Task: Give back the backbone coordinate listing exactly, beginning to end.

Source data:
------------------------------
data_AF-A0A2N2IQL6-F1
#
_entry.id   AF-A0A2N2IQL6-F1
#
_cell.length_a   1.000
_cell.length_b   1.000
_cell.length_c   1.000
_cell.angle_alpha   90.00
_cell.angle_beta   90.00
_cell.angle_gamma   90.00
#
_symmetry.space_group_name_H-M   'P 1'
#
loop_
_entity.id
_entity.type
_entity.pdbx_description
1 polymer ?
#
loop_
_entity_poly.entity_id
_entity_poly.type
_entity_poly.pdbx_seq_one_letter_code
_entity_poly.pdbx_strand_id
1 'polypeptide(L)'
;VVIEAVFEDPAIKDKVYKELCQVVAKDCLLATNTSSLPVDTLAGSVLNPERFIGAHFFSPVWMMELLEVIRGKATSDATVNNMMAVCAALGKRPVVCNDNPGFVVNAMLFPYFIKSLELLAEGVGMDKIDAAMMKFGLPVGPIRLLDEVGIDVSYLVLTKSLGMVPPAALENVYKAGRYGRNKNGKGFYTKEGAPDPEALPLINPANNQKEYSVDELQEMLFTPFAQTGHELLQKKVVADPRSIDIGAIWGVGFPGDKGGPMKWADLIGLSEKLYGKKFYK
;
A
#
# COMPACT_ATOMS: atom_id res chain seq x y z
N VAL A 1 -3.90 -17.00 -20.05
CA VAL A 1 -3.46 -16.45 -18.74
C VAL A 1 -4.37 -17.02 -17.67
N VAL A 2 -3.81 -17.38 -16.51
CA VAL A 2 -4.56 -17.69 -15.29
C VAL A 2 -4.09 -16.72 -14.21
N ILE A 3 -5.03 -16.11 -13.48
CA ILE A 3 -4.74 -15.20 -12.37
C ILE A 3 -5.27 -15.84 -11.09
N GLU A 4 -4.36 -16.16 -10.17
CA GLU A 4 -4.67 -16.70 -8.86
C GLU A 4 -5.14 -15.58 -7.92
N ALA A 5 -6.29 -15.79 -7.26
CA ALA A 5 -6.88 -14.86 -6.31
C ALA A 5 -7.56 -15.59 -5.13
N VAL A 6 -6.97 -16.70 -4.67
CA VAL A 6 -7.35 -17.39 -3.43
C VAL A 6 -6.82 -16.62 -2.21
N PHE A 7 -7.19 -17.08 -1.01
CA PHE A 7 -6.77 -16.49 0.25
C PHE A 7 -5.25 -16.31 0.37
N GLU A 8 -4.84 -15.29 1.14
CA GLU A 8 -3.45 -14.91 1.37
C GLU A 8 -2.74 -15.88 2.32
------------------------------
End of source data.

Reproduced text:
data_AF-A0A2N2IQL6-F1
#
_entry.id   AF-A0A2N2IQL6-F1
#
_cell.length_a   1.000
_cell.length_b   1.000
_cell.length_c   1.000
_cell.angle_alpha   90.00
_cell.angle_beta   90.00
_cell.angle_gamma   90.00
#
_symmetry.space_group_name_H-M   'P 1'
#
loop_
_entity.id
_entity.type
_entity.pdbx_description
1 polymer ?
#
loop_
_entity_poly.entity_id
_entity_poly.type
_entity_poly.pdbx_seq_one_letter_code
_entity_poly.pdbx_strand_id
1 'polypeptide(L)'
;VVIEAVFEDPAIKDKVYKELCQVVAKDCLLATNTSSLPVDTLAGSVLNPERFIGAHFFSPVWMMELLEVIRGKATSDATVNNMMAVCAALGKRPVVCNDNPGFVVNAMLFPYFIKSLELLAEGVGMDKIDAAMMKFGLPVGPIRLLDEVGIDVSYLVLTKSLGMVPPAALENVYKAGRYGRNKNGKGFYTKEGAPDPEALPLINPANNQKEYSVDELQEMLFTPFAQTGHELLQKKVVADPRSIDIGAIWGVGFPGDKGGPMKWADLIGLSEKLYGKKFYK
;
A
#
# COMPACT_ATOMS: atom_id res chain seq x y z
N VAL A 1 -3.90 -17.00 -20.05
CA VAL A 1 -3.46 -16.45 -18.74
C VAL A 1 -4.37 -17.02 -17.67
N VAL A 2 -3.81 -17.38 -16.51
CA VAL A 2 -4.56 -17.69 -15.29
C VAL A 2 -4.09 -16.72 -14.21
N ILE A 3 -5.03 -16.11 -13.48
CA ILE A 3 -4.74 -15.20 -12.37
C ILE A 3 -5.27 -15.84 -11.09
N GLU A 4 -4.36 -16.16 -10.17
CA GLU A 4 -4.67 -16.70 -8.86
C GLU A 4 -5.14 -15.58 -7.92
N ALA A 5 -6.29 -15.79 -7.26
CA ALA A 5 -6.88 -14.86 -6.31
C ALA A 5 -7.56 -15.59 -5.13
N VAL A 6 -6.97 -16.70 -4.67
CA VAL A 6 -7.35 -17.39 -3.43
C VAL A 6 -6.82 -16.62 -2.21
N PHE A 7 -7.19 -17.08 -1.01
CA PHE A 7 -6.77 -16.49 0.25
C PHE A 7 -5.25 -16.31 0.37
N GLU A 8 -4.84 -15.29 1.14
CA GLU A 8 -3.45 -14.91 1.37
C GLU A 8 -2.74 -15.88 2.32